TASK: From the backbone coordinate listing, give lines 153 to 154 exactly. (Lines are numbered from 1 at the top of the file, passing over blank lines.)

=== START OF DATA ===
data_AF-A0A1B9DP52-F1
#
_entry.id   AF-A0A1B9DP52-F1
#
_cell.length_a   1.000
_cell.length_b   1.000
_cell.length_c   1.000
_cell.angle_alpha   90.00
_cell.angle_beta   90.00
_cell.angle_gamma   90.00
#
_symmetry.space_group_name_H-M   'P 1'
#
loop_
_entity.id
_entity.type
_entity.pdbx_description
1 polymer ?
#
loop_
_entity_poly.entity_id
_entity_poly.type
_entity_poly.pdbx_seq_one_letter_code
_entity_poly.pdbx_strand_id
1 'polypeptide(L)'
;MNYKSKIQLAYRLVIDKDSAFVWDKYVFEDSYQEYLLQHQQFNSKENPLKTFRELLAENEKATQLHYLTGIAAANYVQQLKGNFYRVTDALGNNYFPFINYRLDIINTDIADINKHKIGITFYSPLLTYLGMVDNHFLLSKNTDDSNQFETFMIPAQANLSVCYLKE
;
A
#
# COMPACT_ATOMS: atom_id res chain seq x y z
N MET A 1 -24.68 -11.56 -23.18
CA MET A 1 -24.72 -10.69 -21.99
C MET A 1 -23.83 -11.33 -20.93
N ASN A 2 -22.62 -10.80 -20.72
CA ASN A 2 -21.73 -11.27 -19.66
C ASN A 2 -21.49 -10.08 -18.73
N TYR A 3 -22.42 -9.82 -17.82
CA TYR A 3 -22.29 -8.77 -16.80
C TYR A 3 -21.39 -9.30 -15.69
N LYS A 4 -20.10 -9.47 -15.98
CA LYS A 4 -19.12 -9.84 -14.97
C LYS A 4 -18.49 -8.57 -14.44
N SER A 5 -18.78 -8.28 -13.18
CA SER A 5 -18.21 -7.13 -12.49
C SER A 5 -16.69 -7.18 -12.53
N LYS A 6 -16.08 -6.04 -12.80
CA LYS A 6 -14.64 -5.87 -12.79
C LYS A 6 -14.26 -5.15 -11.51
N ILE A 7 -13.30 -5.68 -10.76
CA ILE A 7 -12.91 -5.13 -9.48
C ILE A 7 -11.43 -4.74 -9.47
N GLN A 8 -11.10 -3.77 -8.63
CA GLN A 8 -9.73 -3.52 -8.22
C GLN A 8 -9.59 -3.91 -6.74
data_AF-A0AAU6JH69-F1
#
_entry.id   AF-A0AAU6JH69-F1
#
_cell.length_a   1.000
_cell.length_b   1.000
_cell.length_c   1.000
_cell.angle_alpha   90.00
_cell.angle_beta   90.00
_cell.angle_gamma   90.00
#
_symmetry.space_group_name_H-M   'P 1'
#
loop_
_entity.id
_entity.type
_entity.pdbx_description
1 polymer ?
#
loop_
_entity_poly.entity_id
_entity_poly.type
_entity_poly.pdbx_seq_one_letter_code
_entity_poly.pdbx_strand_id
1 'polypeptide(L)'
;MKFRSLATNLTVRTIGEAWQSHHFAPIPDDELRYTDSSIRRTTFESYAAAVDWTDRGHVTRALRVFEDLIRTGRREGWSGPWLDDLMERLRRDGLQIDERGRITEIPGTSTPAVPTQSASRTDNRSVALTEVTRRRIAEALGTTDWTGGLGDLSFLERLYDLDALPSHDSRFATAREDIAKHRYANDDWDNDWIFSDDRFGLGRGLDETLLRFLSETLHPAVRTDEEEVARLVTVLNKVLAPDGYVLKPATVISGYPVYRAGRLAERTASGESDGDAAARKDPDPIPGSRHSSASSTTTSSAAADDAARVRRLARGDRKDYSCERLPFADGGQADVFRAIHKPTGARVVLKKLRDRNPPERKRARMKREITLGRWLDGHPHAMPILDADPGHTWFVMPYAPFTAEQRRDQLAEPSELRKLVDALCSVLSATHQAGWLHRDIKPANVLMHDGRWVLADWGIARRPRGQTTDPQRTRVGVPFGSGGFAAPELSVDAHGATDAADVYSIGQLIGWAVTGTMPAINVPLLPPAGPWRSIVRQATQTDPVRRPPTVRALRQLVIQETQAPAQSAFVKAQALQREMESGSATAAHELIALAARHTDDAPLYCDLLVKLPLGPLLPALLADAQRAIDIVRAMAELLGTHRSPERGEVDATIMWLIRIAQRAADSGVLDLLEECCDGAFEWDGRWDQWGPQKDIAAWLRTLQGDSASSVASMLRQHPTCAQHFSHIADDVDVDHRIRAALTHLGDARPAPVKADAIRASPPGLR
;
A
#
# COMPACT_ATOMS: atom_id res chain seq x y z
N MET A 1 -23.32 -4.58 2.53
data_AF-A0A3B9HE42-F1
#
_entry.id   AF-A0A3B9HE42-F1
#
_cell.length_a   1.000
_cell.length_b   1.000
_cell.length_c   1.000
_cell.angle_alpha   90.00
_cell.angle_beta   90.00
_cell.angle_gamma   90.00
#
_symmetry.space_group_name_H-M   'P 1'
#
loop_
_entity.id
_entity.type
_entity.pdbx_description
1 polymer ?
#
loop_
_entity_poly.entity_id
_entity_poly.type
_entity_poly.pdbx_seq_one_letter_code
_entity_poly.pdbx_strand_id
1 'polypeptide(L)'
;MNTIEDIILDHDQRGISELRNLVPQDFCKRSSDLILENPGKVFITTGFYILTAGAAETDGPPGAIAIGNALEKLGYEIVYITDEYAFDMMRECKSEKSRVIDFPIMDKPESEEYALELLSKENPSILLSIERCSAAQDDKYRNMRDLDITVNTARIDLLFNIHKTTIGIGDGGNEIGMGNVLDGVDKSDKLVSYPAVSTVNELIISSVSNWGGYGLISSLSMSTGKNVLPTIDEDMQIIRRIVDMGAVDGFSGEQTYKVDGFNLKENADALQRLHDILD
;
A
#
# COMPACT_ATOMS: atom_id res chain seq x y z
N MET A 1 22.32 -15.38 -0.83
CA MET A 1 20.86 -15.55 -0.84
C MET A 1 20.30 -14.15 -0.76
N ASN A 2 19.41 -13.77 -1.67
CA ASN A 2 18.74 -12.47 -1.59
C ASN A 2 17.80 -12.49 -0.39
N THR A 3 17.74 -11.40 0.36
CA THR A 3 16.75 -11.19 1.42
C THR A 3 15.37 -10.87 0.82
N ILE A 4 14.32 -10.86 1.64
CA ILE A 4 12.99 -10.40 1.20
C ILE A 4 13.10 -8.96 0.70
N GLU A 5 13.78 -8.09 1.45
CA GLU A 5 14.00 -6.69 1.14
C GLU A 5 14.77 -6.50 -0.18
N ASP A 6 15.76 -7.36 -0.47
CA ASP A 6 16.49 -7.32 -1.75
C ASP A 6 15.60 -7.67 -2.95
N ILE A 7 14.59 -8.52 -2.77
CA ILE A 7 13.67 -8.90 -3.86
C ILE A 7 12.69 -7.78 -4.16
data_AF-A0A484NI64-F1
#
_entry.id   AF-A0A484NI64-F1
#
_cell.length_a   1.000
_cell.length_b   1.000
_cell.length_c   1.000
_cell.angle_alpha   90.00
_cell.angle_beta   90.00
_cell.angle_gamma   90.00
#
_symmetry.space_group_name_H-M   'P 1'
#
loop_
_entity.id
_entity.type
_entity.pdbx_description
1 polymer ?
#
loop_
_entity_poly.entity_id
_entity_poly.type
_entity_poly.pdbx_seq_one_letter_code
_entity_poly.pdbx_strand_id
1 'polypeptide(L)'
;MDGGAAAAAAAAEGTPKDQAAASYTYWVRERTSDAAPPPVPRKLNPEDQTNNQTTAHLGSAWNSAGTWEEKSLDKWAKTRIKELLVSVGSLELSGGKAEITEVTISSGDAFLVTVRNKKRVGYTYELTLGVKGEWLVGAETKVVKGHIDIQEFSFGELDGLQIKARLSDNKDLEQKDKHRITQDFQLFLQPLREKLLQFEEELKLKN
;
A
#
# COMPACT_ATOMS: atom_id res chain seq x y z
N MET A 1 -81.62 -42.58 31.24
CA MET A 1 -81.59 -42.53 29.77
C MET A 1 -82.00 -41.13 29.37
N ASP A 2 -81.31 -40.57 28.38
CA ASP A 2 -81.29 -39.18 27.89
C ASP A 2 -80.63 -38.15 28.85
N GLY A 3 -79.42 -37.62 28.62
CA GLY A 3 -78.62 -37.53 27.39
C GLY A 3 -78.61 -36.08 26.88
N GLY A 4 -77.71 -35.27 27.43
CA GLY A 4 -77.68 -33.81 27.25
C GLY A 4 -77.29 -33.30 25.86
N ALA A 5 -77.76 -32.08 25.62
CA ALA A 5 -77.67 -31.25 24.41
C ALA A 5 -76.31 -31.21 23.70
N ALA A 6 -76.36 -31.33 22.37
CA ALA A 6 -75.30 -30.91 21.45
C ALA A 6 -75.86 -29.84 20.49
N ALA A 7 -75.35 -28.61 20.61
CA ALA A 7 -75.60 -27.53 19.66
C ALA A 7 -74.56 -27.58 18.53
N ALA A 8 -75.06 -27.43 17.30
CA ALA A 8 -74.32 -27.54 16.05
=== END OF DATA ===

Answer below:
_entity.pdbx_description
1 polymer ?